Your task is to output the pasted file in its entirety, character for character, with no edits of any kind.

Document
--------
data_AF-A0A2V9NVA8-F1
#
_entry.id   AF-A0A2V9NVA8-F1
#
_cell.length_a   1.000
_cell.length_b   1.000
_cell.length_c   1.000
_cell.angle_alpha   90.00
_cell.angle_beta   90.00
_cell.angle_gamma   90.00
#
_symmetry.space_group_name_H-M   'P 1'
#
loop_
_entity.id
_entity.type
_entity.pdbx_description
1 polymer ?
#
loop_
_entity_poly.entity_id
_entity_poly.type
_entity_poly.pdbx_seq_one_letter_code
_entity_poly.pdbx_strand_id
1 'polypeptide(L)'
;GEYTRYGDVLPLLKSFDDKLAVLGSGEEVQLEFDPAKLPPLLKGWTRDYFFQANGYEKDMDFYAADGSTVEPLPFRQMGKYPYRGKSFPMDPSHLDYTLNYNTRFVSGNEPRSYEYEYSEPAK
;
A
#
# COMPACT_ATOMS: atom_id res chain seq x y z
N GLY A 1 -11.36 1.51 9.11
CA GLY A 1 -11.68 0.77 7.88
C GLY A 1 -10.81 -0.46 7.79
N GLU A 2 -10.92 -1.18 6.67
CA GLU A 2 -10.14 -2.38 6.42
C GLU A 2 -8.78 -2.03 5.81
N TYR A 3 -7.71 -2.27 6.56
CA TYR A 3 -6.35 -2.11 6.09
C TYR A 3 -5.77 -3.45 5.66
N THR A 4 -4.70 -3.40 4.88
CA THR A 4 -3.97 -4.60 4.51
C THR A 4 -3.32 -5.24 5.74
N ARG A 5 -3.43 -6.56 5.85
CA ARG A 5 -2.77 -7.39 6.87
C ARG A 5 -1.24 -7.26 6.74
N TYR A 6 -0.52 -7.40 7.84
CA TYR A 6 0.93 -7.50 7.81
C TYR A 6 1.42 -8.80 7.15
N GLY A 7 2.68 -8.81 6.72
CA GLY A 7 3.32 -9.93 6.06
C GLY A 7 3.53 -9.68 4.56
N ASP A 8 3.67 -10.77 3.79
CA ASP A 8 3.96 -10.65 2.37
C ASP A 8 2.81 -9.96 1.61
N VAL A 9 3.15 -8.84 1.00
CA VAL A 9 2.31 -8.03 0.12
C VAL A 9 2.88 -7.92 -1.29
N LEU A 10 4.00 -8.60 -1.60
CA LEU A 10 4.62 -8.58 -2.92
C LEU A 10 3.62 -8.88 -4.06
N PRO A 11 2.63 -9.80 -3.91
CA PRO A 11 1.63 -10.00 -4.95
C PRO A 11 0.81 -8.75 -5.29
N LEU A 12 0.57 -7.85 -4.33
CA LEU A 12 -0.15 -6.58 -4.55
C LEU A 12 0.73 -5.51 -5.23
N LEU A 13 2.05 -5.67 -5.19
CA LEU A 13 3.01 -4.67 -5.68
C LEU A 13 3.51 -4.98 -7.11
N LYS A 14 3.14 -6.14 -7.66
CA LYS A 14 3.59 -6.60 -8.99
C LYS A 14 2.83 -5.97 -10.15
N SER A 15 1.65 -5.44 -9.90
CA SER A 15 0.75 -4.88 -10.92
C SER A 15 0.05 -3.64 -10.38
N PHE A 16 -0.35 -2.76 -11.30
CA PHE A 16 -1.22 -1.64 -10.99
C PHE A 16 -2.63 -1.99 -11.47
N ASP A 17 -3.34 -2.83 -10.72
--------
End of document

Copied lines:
data_AF-A0A2V9NVA8-F1
#
_entry.id   AF-A0A2V9NVA8-F1
#
_cell.length_a   1.000
_cell.length_b   1.000
_cell.length_c   1.000
_cell.angle_alpha   90.00
_cell.angle_beta   90.00
_cell.angle_gamma   90.00
#
_symmetry.space_group_name_H-M   'P 1'
#
loop_
_entity.id
_entity.type
_entity.pdbx_description
1 polymer ?
#
loop_
_entity_poly.entity_id
_entity_poly.type
_entity_poly.pdbx_seq_one_letter_code
_entity_poly.pdbx_strand_id
1 'polypeptide(L)'
;GEYTRYGDVLPLLKSFDDKLAVLGSGEEVQLEFDPAKLPPLLKGWTRDYFFQANGYEKDMDFYAADGSTVEPLPFRQMGKYPYRGKSFPMDPSHLDYTLNYNTRFVSGNEPRSYEYEYSEPAK
;
A
#
# COMPACT_ATOMS: atom_id res chain seq x y z
N GLY A 1 -11.36 1.51 9.11
CA GLY A 1 -11.68 0.77 7.88
C GLY A 1 -10.81 -0.46 7.79
N GLU A 2 -10.92 -1.18 6.67
CA GLU A 2 -10.14 -2.38 6.42
C GLU A 2 -8.78 -2.03 5.81
N TYR A 3 -7.71 -2.27 6.56
CA TYR A 3 -6.35 -2.11 6.09
C TYR A 3 -5.77 -3.45 5.66
N THR A 4 -4.70 -3.40 4.88
CA THR A 4 -3.97 -4.60 4.51
C THR A 4 -3.32 -5.24 5.74
N ARG A 5 -3.43 -6.56 5.85
CA ARG A 5 -2.77 -7.39 6.87
C ARG A 5 -1.24 -7.26 6.74
N TYR A 6 -0.52 -7.40 7.84
CA TYR A 6 0.93 -7.50 7.81
C TYR A 6 1.42 -8.80 7.15
N GLY A 7 2.68 -8.81 6.72
CA GLY A 7 3.32 -9.93 6.06
C GLY A 7 3.53 -9.68 4.56
N ASP A 8 3.67 -10.77 3.79
CA ASP A 8 3.96 -10.65 2.37
C ASP A 8 2.81 -9.96 1.61
N VAL A 9 3.15 -8.84 1.00
CA VAL A 9 2.31 -8.03 0.12
C VAL A 9 2.88 -7.92 -1.29
N LEU A 10 4.00 -8.60 -1.60
CA LEU A 10 4.62 -8.58 -2.92
C LEU A 10 3.62 -8.88 -4.06
N PRO A 11 2.63 -9.80 -3.91
CA PRO A 11 1.63 -10.00 -4.95
C PRO A 11 0.81 -8.75 -5.29
N LEU A 12 0.57 -7.85 -4.33
CA LEU A 12 -0.15 -6.58 -4.55
C LEU A 12 0.73 -5.51 -5.23
N LEU A 13 2.05 -5.67 -5.19
CA LEU A 13 3.01 -4.67 -5.68
C LEU A 13 3.51 -4.98 -7.11
N LYS A 14 3.14 -6.14 -7.66
CA LYS A 14 3.59 -6.60 -8.99
C LYS A 14 2.83 -5.97 -10.15
N SER A 15 1.65 -5.44 -9.90
CA SER A 15 0.75 -4.88 -10.92
C SER A 15 0.05 -3.64 -10.38
N PHE A 16 -0.35 -2.76 -11.30
CA PHE A 16 -1.22 -1.64 -10.99
C PHE A 16 -2.63 -1.99 -11.47
N ASP A 17 -3.34 -2.83 -10.72